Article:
1.      End the plays in time to allow discussion. Ask the children to return the puppets to their storage location and to sit down quietly.


2.      Spend several minutes in discussion so the children can understand Joe was feeling jealous of his sister and wanted what she had.  Do they think that Joe should be happy for the money he will get rather than being mad about what Mary gets to do?  How is Joe like the older brother in the Bible story.  What did he have (always being with his father) that he should have been thankful for, rather than being angry about what his younger brother got? 


3.      Suggest to the children that when they feel jealous of what someone else has, they can thank God for what they have.  Admit this is not easy to do—that it is easier just to feel jealous--but that it is a better way to handle the situation. 


Reflection Time:


1.      Ask the shepherds to pass out the journals and pencils/markers.  Ask all the children to write a list of things they are thankful for.  The younger children should have at least 5 items on their list and the older ones should have 10 items.  Suggest to the children that they can remember this list when they begin to feel jealous of their friend, sister, brother, classmate or neighbor. 

2.      Ask the students to close their journals and sit quietly for prayer.





Prayer: End with a simple prayer asking God to help us when we feel jealous.  Ask God to help us remember that we have many good things even when it seems someone else has more than we do.  



Tidy and Dismissal: Ask children to help clean up as they wait for their parents to arrive.  Put pillows behind stage area. Put away boom box, workshop bin, etc.





Teacher preparation in advance:

1.      Read the scripture passages and attend the Faith Quest Leaders Bible Study

2.      Prepare an opening/closing prayer.

3.      Write your key scripture verse on the white board.

4.      Check out the room before your first Sunday workshop so that you know where everything is located. Bring a CD or tapes music for background music while you are gathering, meditative music for reflection time.


Puppet warm-up exercises:


You may wish you begin the puppet work in your lesson with some of these warm-up exercises:

1.      Tell the children that they will each receive a puppet and will practice moving their puppet in ways that help the audience understand what the puppet is doing.  You will give them guidance on what to do with their puppets. 

2.      Ask the children to divide into pairs. If there is an odd number, a group of three will be fine. 

3.      Pass out the puppets to one child in each pair.  It does not matter which puppet goes to which child.

4.      Have one of the pair do the action or emotion that you suggest and the other person watch.  Instruct the “watchers” to make any needed suggestions such as, “make bigger movements with the puppet” “do not turn the puppet’s head so much” etc. Examples of things you can practice with the puppets are:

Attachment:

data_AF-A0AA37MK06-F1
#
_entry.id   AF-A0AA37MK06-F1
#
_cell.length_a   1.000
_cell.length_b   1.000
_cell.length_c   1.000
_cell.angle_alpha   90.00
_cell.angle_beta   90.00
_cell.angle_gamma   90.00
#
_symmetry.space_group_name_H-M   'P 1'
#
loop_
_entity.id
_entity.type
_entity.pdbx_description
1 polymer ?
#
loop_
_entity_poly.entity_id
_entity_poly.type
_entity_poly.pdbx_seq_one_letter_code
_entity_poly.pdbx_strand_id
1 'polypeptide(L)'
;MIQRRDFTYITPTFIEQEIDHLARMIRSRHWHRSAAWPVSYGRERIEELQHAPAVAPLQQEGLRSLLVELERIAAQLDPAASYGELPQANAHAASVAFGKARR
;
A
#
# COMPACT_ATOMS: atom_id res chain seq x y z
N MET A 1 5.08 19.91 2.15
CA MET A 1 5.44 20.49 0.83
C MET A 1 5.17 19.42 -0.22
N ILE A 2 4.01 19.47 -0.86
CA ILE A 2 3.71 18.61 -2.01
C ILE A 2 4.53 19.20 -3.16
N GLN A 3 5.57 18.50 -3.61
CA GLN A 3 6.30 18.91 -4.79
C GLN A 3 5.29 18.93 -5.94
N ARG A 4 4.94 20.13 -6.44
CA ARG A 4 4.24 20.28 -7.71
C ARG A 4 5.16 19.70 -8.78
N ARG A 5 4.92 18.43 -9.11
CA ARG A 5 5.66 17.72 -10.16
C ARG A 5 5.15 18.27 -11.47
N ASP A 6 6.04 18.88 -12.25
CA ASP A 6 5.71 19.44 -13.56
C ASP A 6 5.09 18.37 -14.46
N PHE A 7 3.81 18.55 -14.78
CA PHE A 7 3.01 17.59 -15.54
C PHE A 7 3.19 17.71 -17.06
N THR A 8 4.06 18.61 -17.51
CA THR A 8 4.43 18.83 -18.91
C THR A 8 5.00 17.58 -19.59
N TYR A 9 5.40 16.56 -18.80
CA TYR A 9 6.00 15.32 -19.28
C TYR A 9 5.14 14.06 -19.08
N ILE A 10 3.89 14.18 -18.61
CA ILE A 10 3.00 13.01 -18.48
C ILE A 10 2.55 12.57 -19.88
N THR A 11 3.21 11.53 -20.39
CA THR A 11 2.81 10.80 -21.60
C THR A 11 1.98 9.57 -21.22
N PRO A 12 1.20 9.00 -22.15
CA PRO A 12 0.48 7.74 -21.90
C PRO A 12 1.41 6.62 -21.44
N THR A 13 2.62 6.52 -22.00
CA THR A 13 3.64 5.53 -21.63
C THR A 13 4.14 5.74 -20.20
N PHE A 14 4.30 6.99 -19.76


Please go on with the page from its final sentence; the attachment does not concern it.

·          “Show how your puppet looks when it is speaking quietly.”                          

·          “Show how your puppet looks when it is speaking loudly”                      

·          “Show what your puppet does when it is listening.”                                

·          “Show your puppet praying.”

·          “Show your puppet looking surprised.”

·          “Show your puppet looking afraid.”





NARRATOR:  This is a story about a boy named Joe, his sister, Mary and his dad.  Let’s listen to what happens. 


DAD:  “Joe, how would you like to earn some money today?”


JOE:  “Sure dad!  What can I do?  How much can I earn?  When do I start?”


DAD:  “Hang on, not so fast.  I need help cleaning the garage.  It’s a big job and you will have to stick with it until it is done.  We have to pick up all the stuff, put it away, sweep up the bird seed, hang up the tools,  . . .”


JOE:  “Yea, yea, dad, I can do that in a flash.  How much do I get paid?” 


DAD:  “When the job is all finished--and you have stuck with it--I will pay you $10.00”


JOE:  “That sounds great!  You never pay me that much!  I have a hundred things I can use that money for!  Thanks!  Let’s get started.”


NARRATOR: Joe starts working very hard.  He is moving quickly and working back and forth with a lot of energy.  Just then, Mary comes in.


MARY:  “Bye Dad!  Mom just gave me my allowance and I'm going to the mall.  I’ll be home about lunch time!”


DAD:  “Have fun!”


NARRATOR:  Joe keeps on working but he is moving slower now.  Let’s see what is wrong. 


JOE:  “I’m getting tired.  This is hard work.  Can I quit?”


DAD:  “No, son, you agreed to help me until the job was done.  Now let’s work together and see if that is better than working so fast.” 


NARRATOR:  Joe and his dad work together at a steady pace—not so fast that they get tired, but not too slow either.  This doesn’t seem so bad to Joe.  


DAD: “You’re doing a great job now, Joe.  Let’s stop for lunch and we’ll finish after we eat.”


JOE:  “Great idea, Dad!  I’m hungry.”


MARY:  “Hi, Dad!  I’m home!”  


DAD:  "Did you have fun?"


MARY:  "Not really.  And I spent all my allowance playing video games and came home with nothing." 

              “Joe, the neighbors asked if we could try their new trampoline right now.  What do you think?”


JOE:  “Sure, I’ll be right there.”

DAD:  “Wait a minute, Joe.  You have to stay here until the garage is clean.  Then you can go with Mary.”


JOE: “But Dad, that’s not fair!  Mary’s been gone to the mall and I’ve been working all morning—and now you say she can try the trampoline and I can’t!  That’s just not fair!  I’m so mad!”


DAD:  “Joe, you chose to help me.  Mary chose to go to the mall and to the neighbors’.  You will have $10.00 plus your allowance if you stick with me.  Mary will not have any money at the end of the day.  I hope you can be glad for what you have even if you don’t get to jump on the trampoline.”